The Book of Conviviality in Exile (Kitāb al-īnās bi-ʾl-jalwa)

The Judaeo-Arabic Translation and Commentary on the Book of Esther by Saadia Gaon

Series:

This volume presents a critical edition of the Judaeo-Arabic translation and commentary on the book of Esther by Saadia Gaon (882–942). This edition, accompanied by an introduction and extensively annotated English translation, affords access to the first-known personalized, rationalistic Jewish commentary on this biblical book. Saadia innovatively organizes the biblical narrative—and his commentary thereon—according to seven “guidelines” that provide a practical blueprint by which Israel can live as an abased people under Gentile dominion. Saadia’s prodigious acumen and sense of communal solicitude find vivid expression throughout his commentary in his carefully-defined structural and linguistic analyses, his elucidative references to a broad range of contemporary socio-religious and vocational realia, his anti-Karaite polemics, and his attention to various issues, both psychological and practical, attending Jewish-Gentile conviviality in a 10th-century Islamicate milieu.
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Biographical Note

Michael G. Wechsler, Ph.D. (2006), University of Chicago, is Professor of Hebrew Bible at the Moody Bible Institute, Chicago. He has published several volumes and articles on Semitic Bible translation and Judaeo-Arabic exegesis, including Strangers in the Land: The Judaeo-Arabic Exegesis of Tanḥum ha-Yerushalmi on the Books of Ruth and Esther (2010), The Arabic Translation and Commentary of Yefet ben ʿEli the Karaite on the Book of Esther (2006), and Evangelium Iohannis Aethiopicum (2005).

Table of contents

Acknowledgments
Transliteration Tables

Introduction
Overview
Methods and Themes in Saadia’s Exegesis of Esther
1 The Methodological Framework: Balancing Reason and Tradition
2 Interaction with Rabbinic Tradition
3 Polemics
4 Exploring the Exigence of Dissimulation

Publication History
Written Witnesses Employed for the Present Edition
1 Primary Witnesses to Saadia’s Commentary on Esther
2 Secondary Witnesses to Saadia’s Commentary on Esther:
Judaeo-Arabic Reworkings, Précis, and Citations by Later Medieval Writers

Editorial Method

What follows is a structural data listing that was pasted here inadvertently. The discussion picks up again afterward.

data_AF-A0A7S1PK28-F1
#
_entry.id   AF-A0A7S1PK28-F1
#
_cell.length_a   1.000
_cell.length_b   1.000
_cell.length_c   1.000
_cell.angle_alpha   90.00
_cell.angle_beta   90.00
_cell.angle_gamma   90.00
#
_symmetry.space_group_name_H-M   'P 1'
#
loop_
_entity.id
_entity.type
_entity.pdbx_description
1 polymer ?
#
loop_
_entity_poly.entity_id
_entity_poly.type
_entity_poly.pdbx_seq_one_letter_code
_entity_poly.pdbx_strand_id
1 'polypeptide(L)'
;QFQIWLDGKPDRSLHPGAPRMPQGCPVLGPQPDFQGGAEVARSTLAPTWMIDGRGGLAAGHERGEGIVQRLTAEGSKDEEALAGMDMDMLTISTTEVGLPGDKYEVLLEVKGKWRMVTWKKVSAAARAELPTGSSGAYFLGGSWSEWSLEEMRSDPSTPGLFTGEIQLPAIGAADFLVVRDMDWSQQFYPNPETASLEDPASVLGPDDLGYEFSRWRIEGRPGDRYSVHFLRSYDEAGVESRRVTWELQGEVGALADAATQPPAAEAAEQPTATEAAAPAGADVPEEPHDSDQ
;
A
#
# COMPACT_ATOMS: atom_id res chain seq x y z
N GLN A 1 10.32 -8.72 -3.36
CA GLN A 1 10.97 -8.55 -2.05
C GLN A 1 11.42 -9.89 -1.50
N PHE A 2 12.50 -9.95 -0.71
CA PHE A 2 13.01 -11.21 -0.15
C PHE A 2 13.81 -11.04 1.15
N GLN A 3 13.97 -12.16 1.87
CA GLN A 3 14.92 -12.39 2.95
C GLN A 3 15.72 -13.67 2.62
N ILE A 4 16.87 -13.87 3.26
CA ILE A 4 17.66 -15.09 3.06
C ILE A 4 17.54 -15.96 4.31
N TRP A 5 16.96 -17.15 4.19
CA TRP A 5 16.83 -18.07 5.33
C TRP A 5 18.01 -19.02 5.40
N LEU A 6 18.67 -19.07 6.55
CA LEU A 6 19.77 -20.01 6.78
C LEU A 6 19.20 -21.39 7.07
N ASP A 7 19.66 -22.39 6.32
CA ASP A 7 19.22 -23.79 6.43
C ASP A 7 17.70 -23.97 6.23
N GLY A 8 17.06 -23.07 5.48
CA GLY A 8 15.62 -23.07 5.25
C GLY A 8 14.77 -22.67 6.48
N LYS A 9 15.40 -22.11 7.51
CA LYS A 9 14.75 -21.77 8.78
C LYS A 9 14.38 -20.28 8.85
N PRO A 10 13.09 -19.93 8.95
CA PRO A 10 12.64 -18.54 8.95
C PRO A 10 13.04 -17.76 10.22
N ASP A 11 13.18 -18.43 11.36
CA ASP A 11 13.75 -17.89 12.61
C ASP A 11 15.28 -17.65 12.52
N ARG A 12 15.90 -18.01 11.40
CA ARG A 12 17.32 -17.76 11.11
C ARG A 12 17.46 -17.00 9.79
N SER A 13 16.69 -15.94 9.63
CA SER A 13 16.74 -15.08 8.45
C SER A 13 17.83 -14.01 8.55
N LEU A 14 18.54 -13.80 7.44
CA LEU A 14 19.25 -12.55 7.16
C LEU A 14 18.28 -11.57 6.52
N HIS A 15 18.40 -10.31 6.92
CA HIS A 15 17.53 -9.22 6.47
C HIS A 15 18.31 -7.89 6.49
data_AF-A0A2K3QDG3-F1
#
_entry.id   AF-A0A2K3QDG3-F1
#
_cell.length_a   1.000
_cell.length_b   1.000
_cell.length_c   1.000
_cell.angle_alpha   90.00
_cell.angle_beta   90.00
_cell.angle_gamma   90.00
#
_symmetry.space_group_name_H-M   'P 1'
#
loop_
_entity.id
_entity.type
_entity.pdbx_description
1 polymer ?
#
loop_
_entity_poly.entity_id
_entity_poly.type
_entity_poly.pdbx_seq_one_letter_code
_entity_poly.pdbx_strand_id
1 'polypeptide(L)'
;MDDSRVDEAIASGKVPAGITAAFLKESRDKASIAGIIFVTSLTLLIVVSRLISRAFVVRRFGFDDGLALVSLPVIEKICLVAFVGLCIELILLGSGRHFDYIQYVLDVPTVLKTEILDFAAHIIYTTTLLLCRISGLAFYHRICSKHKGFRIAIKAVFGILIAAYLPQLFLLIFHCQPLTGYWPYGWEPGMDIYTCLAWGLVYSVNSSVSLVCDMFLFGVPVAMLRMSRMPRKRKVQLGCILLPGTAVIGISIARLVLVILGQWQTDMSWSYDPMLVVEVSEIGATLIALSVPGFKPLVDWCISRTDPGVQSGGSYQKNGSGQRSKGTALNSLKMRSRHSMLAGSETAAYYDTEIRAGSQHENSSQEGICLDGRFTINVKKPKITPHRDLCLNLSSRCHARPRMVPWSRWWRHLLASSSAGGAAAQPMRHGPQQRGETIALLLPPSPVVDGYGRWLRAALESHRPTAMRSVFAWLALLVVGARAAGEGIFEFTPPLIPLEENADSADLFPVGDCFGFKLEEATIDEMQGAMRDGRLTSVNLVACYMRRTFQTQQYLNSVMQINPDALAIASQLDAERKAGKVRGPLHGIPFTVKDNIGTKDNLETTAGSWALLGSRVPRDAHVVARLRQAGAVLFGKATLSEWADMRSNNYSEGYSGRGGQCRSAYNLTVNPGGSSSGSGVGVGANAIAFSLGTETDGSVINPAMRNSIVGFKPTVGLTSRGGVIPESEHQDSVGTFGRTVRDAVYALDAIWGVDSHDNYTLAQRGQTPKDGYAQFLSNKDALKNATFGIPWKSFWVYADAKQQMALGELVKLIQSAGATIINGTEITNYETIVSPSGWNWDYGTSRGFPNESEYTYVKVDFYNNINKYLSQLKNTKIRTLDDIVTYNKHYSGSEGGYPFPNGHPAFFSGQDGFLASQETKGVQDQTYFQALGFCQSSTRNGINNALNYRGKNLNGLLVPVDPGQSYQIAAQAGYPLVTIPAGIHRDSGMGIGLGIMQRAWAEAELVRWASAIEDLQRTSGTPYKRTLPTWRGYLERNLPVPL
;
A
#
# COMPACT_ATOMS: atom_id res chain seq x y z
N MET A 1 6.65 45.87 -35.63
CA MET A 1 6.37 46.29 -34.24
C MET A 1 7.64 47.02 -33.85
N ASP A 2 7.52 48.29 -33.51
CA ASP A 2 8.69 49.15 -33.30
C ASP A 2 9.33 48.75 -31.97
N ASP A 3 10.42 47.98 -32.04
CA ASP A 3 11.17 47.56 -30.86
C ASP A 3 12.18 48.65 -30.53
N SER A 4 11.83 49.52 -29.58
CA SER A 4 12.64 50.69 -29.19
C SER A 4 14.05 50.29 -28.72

1 The Basic Text
2 The Apparatuses

Some Methodological Remarks on the Annotated English Translation
Signs, Sigla, and Abbreviations

Translation
The Title and the Introduction
1 The First Section (al-Qiṣṣat al-ūlā)
2 The Second Section (al-Qiṣṣat al-thāniya)
3 The Third Section (al-Qiṣṣat al-thālitha)
4 The Fourth Section (al-Qiṣṣat al-rābiʿa)
5 The Fifth Section (al-Qiṣṣat al-khāmisa)
6 The Sixth Section (al-Qiṣṣat al-sādisa)
7 The Seventh Section (al-Qiṣṣat al-sābiʿa)

Appendix, Bibliographical Abbreviations, Indices, and Plates
Appendix: Secondary Judaeo-Arabic Witnesses to Saadia’s Commentary on Esther: Edited Texts of the Reworkings and Précis
1 An Anonymous Condensed Reworking of Kitāb al-īnās
2 A Condensed Reworking of Kitāb al-īnās, Encompassing the Commentary on 1:1–11
and the Introduction, in the Commentary of Isaac Gaon ben Israel on Pārāshat Tĕrūmā (Exod 25:1–27:19)
3 An Anonymous Précis of Saadia’s Comment on Esther 3:1–4
4 An Anonymous Abridged Reworking of Saadia’s Comment on Esther 1:1

Bibliographical Abbreviations
1 Libraries, Institutes, Organizations, and Manuscript Collections
2 Books, Articles, and Works in Manuscript

Indices
Manuscripts
Scriptural References
1 Hebrew Bible
2 Qurʾān
Rabbinic Literature
Medieval Authors and Works
General Index

Plates
The Edited Text
Editorial Introduction (Abridged)
The Judaeo-Arabic Text of Kitāb al-īnās bi-ʾl-jalwa

Readership

All those interested in exegesis of the book of Esther, Saadia Gaon, the history of Jewish Bible translation and exegesis, Rabbanite-Karaite polemics, Islamicate Jewry, Islamic-Jewish conviviality, and Judaeo-Arabic literature.